I write a lot about the pre-requisite skills to learning to read. Talking with children, playing with language, reading to your child and developing listening skills are all important but for some children even with these things they will fail to thrive educationally.
Why? Because of poor nutrition.
Malnutrition is an underlying cause of 2.3 million children’s deaths a year, and for millions more children contributes to failures in cognitive and educational development. As a result, the life chances of millions of children around the world are devastated. The long-term consequences of child malnutrition for health and resilience to disease are well established. But new evidence commissioned by Save the Children, for the first time identifies the impact of malnutrition on educational outcomes across a range of countries.
The Story of Ngouth a 12-Year Old from South Sudan
Although he is 12 years old, Nguoth looks about eight. Like many students in his class, for two years he had to drop out of school because there wasn’t enough food at home. He still misses school at least two days a week to go into the bush to find wild fruits. On the other days, he comes to school hungry. In 2010, the UN declared Akobo, the region where Nguoth lives, the ‘the hungriest place on earth’. Drought, floods and inter-communal conflict have left a third of children malnourished.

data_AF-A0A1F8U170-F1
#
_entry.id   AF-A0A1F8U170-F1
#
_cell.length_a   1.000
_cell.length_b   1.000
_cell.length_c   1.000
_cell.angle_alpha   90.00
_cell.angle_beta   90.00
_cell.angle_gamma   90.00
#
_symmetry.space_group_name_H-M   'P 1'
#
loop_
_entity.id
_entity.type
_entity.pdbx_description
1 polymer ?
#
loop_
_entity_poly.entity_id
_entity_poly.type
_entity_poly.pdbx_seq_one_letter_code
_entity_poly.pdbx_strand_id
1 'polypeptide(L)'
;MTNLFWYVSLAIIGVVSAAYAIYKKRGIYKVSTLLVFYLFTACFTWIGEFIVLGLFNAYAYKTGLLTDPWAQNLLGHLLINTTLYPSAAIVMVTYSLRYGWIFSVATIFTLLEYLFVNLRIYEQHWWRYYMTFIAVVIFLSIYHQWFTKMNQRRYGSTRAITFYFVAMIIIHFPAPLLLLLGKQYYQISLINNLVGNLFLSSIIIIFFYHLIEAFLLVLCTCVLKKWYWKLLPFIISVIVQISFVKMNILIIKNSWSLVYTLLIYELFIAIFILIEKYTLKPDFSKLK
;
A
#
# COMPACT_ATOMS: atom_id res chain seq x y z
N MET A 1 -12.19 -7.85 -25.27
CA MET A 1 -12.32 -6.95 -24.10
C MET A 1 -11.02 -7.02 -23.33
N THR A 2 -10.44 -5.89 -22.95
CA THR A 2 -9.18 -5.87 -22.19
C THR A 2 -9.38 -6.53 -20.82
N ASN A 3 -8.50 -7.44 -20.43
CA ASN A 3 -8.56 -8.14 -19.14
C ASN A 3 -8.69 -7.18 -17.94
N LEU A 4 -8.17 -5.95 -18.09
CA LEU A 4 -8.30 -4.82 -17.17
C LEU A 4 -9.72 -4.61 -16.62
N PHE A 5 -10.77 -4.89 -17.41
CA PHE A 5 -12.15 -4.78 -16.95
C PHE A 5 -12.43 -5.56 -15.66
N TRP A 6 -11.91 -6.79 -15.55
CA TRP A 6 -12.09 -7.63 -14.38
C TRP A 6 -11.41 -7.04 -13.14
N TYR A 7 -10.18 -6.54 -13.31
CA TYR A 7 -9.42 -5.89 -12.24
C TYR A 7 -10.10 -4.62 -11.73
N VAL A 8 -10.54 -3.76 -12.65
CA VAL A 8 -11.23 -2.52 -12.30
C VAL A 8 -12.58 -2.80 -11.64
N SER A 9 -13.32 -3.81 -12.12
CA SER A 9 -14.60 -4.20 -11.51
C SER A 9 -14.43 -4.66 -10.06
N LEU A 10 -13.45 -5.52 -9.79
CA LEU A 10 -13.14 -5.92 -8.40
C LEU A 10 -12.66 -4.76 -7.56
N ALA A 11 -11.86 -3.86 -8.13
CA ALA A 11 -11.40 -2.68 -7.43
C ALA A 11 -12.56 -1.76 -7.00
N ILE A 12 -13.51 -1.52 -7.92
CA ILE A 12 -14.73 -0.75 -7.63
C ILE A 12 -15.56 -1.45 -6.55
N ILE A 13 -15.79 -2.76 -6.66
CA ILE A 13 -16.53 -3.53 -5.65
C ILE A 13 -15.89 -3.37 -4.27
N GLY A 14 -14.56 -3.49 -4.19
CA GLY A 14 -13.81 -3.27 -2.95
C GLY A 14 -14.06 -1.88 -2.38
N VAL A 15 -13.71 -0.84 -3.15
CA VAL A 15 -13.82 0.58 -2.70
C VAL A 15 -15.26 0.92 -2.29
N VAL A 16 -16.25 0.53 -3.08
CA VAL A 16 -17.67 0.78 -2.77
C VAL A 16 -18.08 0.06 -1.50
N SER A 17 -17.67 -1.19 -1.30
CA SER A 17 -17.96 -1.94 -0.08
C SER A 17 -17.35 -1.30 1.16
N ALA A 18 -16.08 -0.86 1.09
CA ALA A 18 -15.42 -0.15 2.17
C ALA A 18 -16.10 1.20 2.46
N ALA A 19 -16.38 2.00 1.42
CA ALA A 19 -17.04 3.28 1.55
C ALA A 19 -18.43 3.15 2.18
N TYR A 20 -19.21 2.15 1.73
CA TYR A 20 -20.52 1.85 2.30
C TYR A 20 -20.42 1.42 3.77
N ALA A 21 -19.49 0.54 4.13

I was five years old when I started school. Sometimes I had to stop coming because I was hungry. For two years I dropped out because I had to go to the river to fish and to the bush to collect wild fruits for my family. I think the situation is getting worse and more children are stopping coming to school to help their family.
Hunger is very bad in this area. We have no gardens to grow food because the floods destroyed them. The people are angry with each other and there’s no peace [referring to inter-communal conflict and cattle raids affecting the area]. People are very sick, malaria is very high and lots of children are absent from school. It’s hard for children to be happy and take part in class because they’re hungry.
My favourite subject is science and when I finish school I’d like to be a doctor.
Nguoth is currently studying at one of 20 schools supported by Save the Children through a DFID funded project in Akobo East. Save the Children is providing these schools with text books, desks and other school supplies, training teachers and has set up and is supporting Parent Teacher Associations and Student Advocacy Teams that encourage more children to enrol in school.
To enable Ngouth and thousands of children like him to achieve their dreams they need adequate food.
Food for Thought forms part of the IF campaign where 170 charities have joined together to call for the G8 to take action on World Hunger. A number of high-profile children’s authors have also agreed to support the Food for Thought report with an open letter to G8 leaders – these include Julia Donaldson, Eric Carle and Philip Pullman.
Julia Donaldson, the Children’s Laureate and author of the bestselling book The Gruffalo, said:
“The devastating impact of malnutrition shouldn’t be underestimated. It stunts a child’s development, sapping the strength of their minds as well of their body, depriving them of the chance to be able to read or write a simple sentence”
How can you help?
Read the full report
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